With the goal of establishing a long-term presence on the Moon, the European Space Agency (ESA) is working on a new project that will help determine the feasibility of growing plants on the lunar surface. Led by Norway’s Solsys Mining, the project will seek to develop a method for converting lunar soil into fertiliser for use in hydroponic farming.
The study builds on previous research on lunar soil samples. While lunar soil, also known as regolith, is rich in most nutrients necessary for plant growth, it compacts in the presence of water, making it problematic for seeds to establish healthy root systems.
Hydroponics bypasses this challenge as it allows roots to be directly cultivated in nutrient-rich water instead of soil. But to ensure that the water used in the hydroponic system is nutritious, the ESA and Solsys Mining will have to create a method that extracts nutrients from regolith, concentrating the valuable elements before use, and removing the undesirable ones.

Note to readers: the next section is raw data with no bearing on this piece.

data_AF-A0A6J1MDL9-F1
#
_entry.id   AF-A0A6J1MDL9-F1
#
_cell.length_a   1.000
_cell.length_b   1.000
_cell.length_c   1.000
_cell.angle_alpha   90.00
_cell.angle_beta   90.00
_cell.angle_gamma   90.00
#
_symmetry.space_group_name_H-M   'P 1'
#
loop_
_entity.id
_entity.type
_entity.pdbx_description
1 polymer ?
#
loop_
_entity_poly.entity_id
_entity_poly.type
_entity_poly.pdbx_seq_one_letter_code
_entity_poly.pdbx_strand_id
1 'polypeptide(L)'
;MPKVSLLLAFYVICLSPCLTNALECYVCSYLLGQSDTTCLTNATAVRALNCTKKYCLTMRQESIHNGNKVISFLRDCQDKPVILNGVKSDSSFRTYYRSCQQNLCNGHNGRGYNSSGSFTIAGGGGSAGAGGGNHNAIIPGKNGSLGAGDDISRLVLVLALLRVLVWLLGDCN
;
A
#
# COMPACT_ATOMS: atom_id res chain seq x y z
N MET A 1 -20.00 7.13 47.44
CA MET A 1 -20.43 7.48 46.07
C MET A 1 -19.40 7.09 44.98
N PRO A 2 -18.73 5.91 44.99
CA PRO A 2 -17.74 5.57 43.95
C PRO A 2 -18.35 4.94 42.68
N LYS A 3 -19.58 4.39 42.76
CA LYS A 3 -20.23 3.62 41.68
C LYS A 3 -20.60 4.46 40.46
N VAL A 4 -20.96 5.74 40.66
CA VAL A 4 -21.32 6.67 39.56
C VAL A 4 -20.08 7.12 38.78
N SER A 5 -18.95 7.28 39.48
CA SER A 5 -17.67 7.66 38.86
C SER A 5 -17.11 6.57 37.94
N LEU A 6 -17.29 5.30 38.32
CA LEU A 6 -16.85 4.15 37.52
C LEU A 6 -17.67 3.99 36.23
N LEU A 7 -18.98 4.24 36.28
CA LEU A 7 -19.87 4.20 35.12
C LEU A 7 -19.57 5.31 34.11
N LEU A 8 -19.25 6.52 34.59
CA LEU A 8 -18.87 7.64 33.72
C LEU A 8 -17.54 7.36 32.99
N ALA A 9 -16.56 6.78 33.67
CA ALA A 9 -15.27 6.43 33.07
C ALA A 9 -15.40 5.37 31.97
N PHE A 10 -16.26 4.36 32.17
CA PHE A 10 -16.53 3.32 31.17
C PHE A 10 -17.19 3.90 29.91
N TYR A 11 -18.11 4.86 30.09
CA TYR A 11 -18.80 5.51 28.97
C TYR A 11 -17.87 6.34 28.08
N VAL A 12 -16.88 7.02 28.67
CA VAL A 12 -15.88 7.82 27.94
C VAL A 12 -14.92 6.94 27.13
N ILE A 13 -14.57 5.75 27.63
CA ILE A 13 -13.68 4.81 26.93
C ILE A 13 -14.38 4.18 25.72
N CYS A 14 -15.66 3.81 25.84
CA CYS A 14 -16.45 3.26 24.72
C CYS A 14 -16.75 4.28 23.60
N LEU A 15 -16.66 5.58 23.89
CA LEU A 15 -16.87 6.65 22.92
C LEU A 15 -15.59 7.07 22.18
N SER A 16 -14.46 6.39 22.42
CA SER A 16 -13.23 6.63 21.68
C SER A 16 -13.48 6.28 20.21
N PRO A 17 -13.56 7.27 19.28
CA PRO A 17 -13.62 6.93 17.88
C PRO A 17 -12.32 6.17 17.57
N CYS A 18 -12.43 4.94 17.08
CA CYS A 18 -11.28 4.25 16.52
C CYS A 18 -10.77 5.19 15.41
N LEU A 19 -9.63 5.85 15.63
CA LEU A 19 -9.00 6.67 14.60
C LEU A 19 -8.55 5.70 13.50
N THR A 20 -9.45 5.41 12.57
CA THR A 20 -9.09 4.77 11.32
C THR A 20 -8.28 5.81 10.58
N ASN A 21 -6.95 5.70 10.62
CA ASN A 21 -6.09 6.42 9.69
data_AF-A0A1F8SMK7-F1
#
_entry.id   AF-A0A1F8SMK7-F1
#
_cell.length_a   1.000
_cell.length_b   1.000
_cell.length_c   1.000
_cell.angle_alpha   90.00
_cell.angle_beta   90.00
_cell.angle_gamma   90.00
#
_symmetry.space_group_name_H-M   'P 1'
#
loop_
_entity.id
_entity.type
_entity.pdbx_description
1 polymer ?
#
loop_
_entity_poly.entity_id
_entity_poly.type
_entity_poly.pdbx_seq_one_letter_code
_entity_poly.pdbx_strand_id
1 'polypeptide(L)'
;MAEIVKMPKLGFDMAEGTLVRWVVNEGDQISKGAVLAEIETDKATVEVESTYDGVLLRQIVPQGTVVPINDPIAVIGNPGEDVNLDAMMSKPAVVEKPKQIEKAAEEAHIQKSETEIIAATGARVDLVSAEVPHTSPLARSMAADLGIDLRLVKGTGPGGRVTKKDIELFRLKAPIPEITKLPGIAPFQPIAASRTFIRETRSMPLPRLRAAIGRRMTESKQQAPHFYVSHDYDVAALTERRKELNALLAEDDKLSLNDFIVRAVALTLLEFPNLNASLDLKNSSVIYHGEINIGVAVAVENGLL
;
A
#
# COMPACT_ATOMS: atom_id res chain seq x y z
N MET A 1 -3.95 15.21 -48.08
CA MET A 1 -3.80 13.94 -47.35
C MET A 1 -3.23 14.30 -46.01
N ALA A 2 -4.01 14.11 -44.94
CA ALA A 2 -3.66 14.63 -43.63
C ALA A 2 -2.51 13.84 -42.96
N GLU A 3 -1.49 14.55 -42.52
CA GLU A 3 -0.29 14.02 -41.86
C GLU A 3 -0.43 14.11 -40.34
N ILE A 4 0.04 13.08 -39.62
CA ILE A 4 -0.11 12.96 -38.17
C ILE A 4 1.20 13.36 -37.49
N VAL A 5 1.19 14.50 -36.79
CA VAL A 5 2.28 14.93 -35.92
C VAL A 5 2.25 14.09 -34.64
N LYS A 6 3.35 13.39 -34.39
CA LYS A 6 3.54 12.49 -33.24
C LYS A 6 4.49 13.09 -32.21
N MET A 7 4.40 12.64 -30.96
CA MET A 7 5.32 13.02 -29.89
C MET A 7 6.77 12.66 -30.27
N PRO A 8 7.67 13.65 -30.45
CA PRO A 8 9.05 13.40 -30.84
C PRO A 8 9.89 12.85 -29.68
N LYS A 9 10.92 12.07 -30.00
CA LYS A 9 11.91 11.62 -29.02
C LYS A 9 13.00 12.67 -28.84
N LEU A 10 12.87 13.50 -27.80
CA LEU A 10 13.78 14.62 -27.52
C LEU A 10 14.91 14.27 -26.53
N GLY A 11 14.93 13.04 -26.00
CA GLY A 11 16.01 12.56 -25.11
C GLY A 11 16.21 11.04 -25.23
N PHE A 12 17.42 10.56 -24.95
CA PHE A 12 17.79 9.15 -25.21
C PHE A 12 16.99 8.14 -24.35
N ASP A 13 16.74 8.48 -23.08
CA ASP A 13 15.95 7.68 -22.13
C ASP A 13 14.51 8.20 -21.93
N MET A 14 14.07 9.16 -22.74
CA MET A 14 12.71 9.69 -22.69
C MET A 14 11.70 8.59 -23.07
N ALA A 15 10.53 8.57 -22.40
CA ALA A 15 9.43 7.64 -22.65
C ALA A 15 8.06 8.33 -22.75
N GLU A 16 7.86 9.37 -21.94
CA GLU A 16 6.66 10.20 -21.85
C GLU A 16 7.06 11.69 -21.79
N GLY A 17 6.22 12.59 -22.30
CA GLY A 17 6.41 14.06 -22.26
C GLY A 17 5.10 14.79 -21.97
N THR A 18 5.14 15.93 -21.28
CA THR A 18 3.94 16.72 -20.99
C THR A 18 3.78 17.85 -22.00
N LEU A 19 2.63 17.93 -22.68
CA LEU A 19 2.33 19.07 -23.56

This would require three steps, as illustrated below. Firstly, regolith would be pulled through a mechanical sorting area. Then, nutrients would be extracted by a processing plant, before being dissolved into water and pumped into a greenhouse for hydroponic farming.
The Solsys Mining team is optimistic, having already grown beans using simulated lunar highland regolith as a nutrient source.
“This work is essential for future long-term lunar exploration,” Malgorzata Holynska, Materials and Processes Engineer at ESA, said. “Achieving a sustainable presence on the Moon will involve using local resources and gaining access to nutrients present in lunar regolith with the potential to help cultivate plants. The current study represents a proof of principle using available lunar regolith simulants, opening the way to more detailed research in future.”
To realise this study, the ESA and Solsys Mining have teamed up with Norway’s Geotechnical Institute (NGI) and the Centre for Interdisciplinary Research in Space (CIRiS). The project was launched in December 2022 and is expected to run for a full year. It’s being funded by the Discovery branch of ESA’s Basic Activities.
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